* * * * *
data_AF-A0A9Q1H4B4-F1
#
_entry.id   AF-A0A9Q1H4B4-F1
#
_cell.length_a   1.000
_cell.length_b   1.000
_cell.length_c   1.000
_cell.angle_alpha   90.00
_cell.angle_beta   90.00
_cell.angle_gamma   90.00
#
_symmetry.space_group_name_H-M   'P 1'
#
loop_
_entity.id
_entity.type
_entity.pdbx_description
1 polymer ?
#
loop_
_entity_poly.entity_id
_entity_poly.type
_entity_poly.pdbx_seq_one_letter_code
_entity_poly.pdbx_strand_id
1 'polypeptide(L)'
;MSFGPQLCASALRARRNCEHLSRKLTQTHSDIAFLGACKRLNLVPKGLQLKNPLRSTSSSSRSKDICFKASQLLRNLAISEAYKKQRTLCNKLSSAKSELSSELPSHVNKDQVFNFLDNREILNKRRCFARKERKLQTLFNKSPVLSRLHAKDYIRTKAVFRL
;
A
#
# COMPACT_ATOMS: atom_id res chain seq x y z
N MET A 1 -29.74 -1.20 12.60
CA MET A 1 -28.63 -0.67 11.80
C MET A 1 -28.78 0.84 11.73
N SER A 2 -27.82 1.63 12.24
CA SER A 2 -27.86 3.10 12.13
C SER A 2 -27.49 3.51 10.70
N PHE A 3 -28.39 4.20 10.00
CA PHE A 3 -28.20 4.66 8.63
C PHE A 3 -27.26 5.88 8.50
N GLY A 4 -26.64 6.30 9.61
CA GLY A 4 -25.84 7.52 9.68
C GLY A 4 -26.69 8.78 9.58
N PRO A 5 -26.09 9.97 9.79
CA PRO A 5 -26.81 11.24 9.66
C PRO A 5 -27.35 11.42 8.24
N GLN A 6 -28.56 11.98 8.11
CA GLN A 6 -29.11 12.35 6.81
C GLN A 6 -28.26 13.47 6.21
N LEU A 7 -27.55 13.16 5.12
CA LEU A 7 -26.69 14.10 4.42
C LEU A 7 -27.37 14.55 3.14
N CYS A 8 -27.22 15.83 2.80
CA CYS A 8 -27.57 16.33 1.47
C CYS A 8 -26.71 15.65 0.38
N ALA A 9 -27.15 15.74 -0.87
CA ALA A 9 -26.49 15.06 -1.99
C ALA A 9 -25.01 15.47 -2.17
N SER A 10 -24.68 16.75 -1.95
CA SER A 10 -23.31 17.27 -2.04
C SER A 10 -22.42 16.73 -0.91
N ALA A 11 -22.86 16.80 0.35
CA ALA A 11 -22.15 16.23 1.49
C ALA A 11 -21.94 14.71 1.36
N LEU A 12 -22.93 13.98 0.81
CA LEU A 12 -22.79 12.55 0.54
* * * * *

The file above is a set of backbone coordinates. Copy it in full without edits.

data_AF-A0A9Q1H4B4-F1
#
_entry.id   AF-A0A9Q1H4B4-F1
#
_cell.length_a   1.000
_cell.length_b   1.000
_cell.length_c   1.000
_cell.angle_alpha   90.00
_cell.angle_beta   90.00
_cell.angle_gamma   90.00
#
_symmetry.space_group_name_H-M   'P 1'
#
loop_
_entity.id
_entity.type
_entity.pdbx_description
1 polymer ?
#
loop_
_entity_poly.entity_id
_entity_poly.type
_entity_poly.pdbx_seq_one_letter_code
_entity_poly.pdbx_strand_id
1 'polypeptide(L)'
;MSFGPQLCASALRARRNCEHLSRKLTQTHSDIAFLGACKRLNLVPKGLQLKNPLRSTSSSSRSKDICFKASQLLRNLAISEAYKKQRTLCNKLSSAKSELSSELPSHVNKDQVFNFLDNREILNKRRCFARKERKLQTLFNKSPVLSRLHAKDYIRTKAVFRL
;
A
#
# COMPACT_ATOMS: atom_id res chain seq x y z
N MET A 1 -29.74 -1.20 12.60
CA MET A 1 -28.63 -0.67 11.80
C MET A 1 -28.78 0.84 11.73
N SER A 2 -27.82 1.63 12.24
CA SER A 2 -27.86 3.10 12.13
C SER A 2 -27.49 3.51 10.70
N PHE A 3 -28.39 4.20 10.00
CA PHE A 3 -28.20 4.66 8.63
C PHE A 3 -27.26 5.88 8.50
N GLY A 4 -26.64 6.30 9.61
CA GLY A 4 -25.84 7.52 9.68
C GLY A 4 -26.69 8.78 9.58
N PRO A 5 -26.09 9.97 9.79
CA PRO A 5 -26.81 11.24 9.66
C PRO A 5 -27.35 11.42 8.24
N GLN A 6 -28.56 11.98 8.11
CA GLN A 6 -29.11 12.35 6.81
C GLN A 6 -28.26 13.47 6.21
N LEU A 7 -27.55 13.16 5.12
CA LEU A 7 -26.69 14.10 4.42
C LEU A 7 -27.37 14.55 3.14
N CYS A 8 -27.22 15.83 2.80
CA CYS A 8 -27.57 16.33 1.47
C CYS A 8 -26.71 15.65 0.38
N ALA A 9 -27.15 15.74 -0.87
CA ALA A 9 -26.49 15.06 -1.99
C ALA A 9 -25.01 15.47 -2.17
N SER A 10 -24.68 16.75 -1.95
CA SER A 10 -23.31 17.27 -2.04
C SER A 10 -22.42 16.73 -0.91
N ALA A 11 -22.86 16.80 0.35
CA ALA A 11 -22.15 16.23 1.49
C ALA A 11 -21.94 14.71 1.36
N LEU A 12 -22.93 13.98 0.81
CA LEU A 12 -22.79 12.55 0.54